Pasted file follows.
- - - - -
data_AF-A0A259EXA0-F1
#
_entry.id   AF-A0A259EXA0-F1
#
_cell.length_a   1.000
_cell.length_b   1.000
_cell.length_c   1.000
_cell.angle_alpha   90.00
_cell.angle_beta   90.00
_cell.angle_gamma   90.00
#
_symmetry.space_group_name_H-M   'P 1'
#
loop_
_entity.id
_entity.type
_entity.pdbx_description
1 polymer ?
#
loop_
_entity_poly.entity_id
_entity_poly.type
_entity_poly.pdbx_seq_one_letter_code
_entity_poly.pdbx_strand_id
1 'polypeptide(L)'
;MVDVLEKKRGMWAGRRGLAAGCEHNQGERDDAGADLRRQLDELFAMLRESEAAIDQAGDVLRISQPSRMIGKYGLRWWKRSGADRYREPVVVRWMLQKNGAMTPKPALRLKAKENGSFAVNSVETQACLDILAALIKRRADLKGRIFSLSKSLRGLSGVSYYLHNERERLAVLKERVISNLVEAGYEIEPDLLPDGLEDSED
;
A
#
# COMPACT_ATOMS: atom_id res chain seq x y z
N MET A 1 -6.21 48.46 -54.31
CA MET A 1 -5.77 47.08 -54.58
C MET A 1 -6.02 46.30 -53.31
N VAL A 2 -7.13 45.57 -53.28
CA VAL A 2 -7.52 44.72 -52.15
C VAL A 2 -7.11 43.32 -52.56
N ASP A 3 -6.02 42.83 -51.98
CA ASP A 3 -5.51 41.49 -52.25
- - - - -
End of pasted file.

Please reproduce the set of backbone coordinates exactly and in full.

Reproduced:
data_AF-A0A259EXA0-F1
#
_entry.id   AF-A0A259EXA0-F1
#
_cell.length_a   1.000
_cell.length_b   1.000
_cell.length_c   1.000
_cell.angle_alpha   90.00
_cell.angle_beta   90.00
_cell.angle_gamma   90.00
#
_symmetry.space_group_name_H-M   'P 1'
#
loop_
_entity.id
_entity.type
_entity.pdbx_description
1 polymer ?
#
loop_
_entity_poly.entity_id
_entity_poly.type
_entity_poly.pdbx_seq_one_letter_code
_entity_poly.pdbx_strand_id
1 'polypeptide(L)'
;MVDVLEKKRGMWAGRRGLAAGCEHNQGERDDAGADLRRQLDELFAMLRESEAAIDQAGDVLRISQPSRMIGKYGLRWWKRSGADRYREPVVVRWMLQKNGAMTPKPALRLKAKENGSFAVNSVETQACLDILAALIKRRADLKGRIFSLSKSLRGLSGVSYYLHNERERLAVLKERVISNLVEAGYEIEPDLLPDGLEDSED
;
A
#
# COMPACT_ATOMS: atom_id res chain seq x y z
N MET A 1 -6.21 48.46 -54.31
CA MET A 1 -5.77 47.08 -54.58
C MET A 1 -6.02 46.30 -53.31
N VAL A 2 -7.13 45.57 -53.28
CA VAL A 2 -7.52 44.72 -52.15
C VAL A 2 -7.11 43.32 -52.56
N ASP A 3 -6.02 42.83 -51.98
CA ASP A 3 -5.51 41.49 -52.25